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Evaluation of the efficacy and safety of terguride in patients with fibromyalgia syndrome: Results of a twelve-week, multicenter, randomized, double-blind, placebo-controlled, parallel-group study


Distler, O; Eich, W; Dokoupilova, E; Dvorak, Z; Fleck, M; Gaubitz, M; Hechler, M; Jansen, J P; Krause, A; Bendszus, M; Pache, L; Reiter, R; Müller-Ladner, U (2010). Evaluation of the efficacy and safety of terguride in patients with fibromyalgia syndrome: Results of a twelve-week, multicenter, randomized, double-blind, placebo-controlled, parallel-group study. Arthritis and Rheumatism, 62(1):291-300.

Abstract

OBJECTIVE: To assess the efficacy and safety of terguride, a partial dopamine agonist, in patients with fibromyalgia syndrome (FMS). METHODS: In a 12-week, multicenter, double-blind, placebo-controlled, parallel-group study, 99 patients were randomized at a ratio of 2 to 1 to receive terguride or placebo. Over 21 days, the dosage was titrated to a maximum daily dose of 3 mg of terguride or placebo, and this fixed dosage was continued over 9 weeks. The primary efficacy variable was the intensity of pain (100-mm visual analog scale). Secondary efficacy variables included the Fibromyalgia Impact Questionnaire (FIQ) score, the tender point score (TPS), and the Hamilton Depression Scale (HDS) score. During the study, patients were evaluated for the presence of cervical spine stenosis by magnetic resonance imaging (MRI). RESULTS: No significant differences in the change in pain intensity, FIQ score, TPS, or HDS score between baseline and 12 weeks were observed in the terguride group as compared with the placebo group. Cervical spine stenosis was detected in 22% of the patients. Only patients with cervical spine stenosis responded to terguride treatment. FIQ scores improved significantly (per-protocol analysis), and pain intensity, the TPS score, and the HDS score showed a trend toward improvement in the terguride group as compared with the placebo group. Terguride treatment was safe. Only those adverse events already known to be side effects of terguride were observed. Premature termination of the study in patients receiving terguride (26%) occurred predominantly during up-titration and in the absence of comedication for treatment of nausea. CONCLUSION: Terguride treatment did not improve pain, the FIQ score, the TPS, or the HDS score in the total study population. However, a subgroup of patients with cervical spine stenosis seemed to benefit from terguride treatment.

OBJECTIVE: To assess the efficacy and safety of terguride, a partial dopamine agonist, in patients with fibromyalgia syndrome (FMS). METHODS: In a 12-week, multicenter, double-blind, placebo-controlled, parallel-group study, 99 patients were randomized at a ratio of 2 to 1 to receive terguride or placebo. Over 21 days, the dosage was titrated to a maximum daily dose of 3 mg of terguride or placebo, and this fixed dosage was continued over 9 weeks. The primary efficacy variable was the intensity of pain (100-mm visual analog scale). Secondary efficacy variables included the Fibromyalgia Impact Questionnaire (FIQ) score, the tender point score (TPS), and the Hamilton Depression Scale (HDS) score. During the study, patients were evaluated for the presence of cervical spine stenosis by magnetic resonance imaging (MRI). RESULTS: No significant differences in the change in pain intensity, FIQ score, TPS, or HDS score between baseline and 12 weeks were observed in the terguride group as compared with the placebo group. Cervical spine stenosis was detected in 22% of the patients. Only patients with cervical spine stenosis responded to terguride treatment. FIQ scores improved significantly (per-protocol analysis), and pain intensity, the TPS score, and the HDS score showed a trend toward improvement in the terguride group as compared with the placebo group. Terguride treatment was safe. Only those adverse events already known to be side effects of terguride were observed. Premature termination of the study in patients receiving terguride (26%) occurred predominantly during up-titration and in the absence of comedication for treatment of nausea. CONCLUSION: Terguride treatment did not improve pain, the FIQ score, the TPS, or the HDS score in the total study population. However, a subgroup of patients with cervical spine stenosis seemed to benefit from terguride treatment.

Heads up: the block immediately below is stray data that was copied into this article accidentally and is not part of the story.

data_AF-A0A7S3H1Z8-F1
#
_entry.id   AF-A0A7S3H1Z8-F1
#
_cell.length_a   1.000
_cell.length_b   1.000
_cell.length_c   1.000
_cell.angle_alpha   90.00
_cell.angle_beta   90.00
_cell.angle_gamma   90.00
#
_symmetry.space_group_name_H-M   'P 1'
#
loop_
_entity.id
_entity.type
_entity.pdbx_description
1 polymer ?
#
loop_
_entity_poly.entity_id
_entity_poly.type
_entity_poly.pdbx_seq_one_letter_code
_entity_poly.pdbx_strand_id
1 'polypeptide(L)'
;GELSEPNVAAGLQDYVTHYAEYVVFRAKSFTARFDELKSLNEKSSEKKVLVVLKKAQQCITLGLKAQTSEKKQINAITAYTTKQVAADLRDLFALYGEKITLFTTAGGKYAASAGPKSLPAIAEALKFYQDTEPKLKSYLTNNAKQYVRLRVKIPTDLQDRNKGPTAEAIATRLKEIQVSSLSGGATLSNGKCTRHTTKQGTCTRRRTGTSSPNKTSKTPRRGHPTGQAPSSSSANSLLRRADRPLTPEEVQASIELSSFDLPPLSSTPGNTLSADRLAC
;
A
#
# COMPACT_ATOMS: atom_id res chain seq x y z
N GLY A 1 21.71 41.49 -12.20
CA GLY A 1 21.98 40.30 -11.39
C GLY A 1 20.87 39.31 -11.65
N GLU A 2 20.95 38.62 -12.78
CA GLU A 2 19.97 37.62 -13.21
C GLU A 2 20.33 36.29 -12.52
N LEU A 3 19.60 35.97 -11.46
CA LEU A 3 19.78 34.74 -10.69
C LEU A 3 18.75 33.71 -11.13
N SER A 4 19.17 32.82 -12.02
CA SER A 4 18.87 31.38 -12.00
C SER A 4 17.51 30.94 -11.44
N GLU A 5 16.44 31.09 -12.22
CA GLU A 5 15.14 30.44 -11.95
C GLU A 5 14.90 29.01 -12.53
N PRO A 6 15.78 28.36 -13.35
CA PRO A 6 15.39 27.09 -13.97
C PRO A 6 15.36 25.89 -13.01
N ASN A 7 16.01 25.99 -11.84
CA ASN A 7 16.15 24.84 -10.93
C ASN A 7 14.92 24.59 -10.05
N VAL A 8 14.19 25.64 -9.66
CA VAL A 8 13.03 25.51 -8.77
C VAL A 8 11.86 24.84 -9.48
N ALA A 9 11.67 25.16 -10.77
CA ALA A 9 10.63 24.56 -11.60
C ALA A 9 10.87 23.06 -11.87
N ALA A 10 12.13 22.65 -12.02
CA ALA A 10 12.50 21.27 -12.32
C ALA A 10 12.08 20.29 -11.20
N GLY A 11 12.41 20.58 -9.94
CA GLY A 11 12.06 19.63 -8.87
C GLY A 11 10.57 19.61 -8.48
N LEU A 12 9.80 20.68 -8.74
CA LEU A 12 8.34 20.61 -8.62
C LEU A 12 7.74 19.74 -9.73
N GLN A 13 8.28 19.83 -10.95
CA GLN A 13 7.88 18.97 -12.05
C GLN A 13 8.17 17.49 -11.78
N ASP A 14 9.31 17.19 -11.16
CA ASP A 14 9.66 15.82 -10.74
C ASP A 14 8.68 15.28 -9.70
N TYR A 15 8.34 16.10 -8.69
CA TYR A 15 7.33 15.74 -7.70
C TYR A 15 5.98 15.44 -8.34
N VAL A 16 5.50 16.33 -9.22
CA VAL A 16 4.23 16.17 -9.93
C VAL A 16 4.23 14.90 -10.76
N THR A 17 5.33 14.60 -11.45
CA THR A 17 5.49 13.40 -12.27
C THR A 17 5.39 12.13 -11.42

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Additional indexing

Item Type:Journal Article, refereed, original work
Communities & Collections:04 Faculty of Medicine > University Hospital Zurich > Rheumatology Clinic and Institute of Physical Medicine
Dewey Decimal Classification:610 Medicine & health
Language:English
Date:2010
Deposited On:13 Jan 2010 14:12
Last Modified:05 Apr 2016 13:44
Publisher:Wiley-Blackwell
ISSN:0004-3591
Additional Information:The definitive version is available at www.blackwell-synergy.com
Publisher DOI:10.1002/art.25062
PubMed ID:20039417
Permanent URL: http://doi.org/10.5167/uzh-27328

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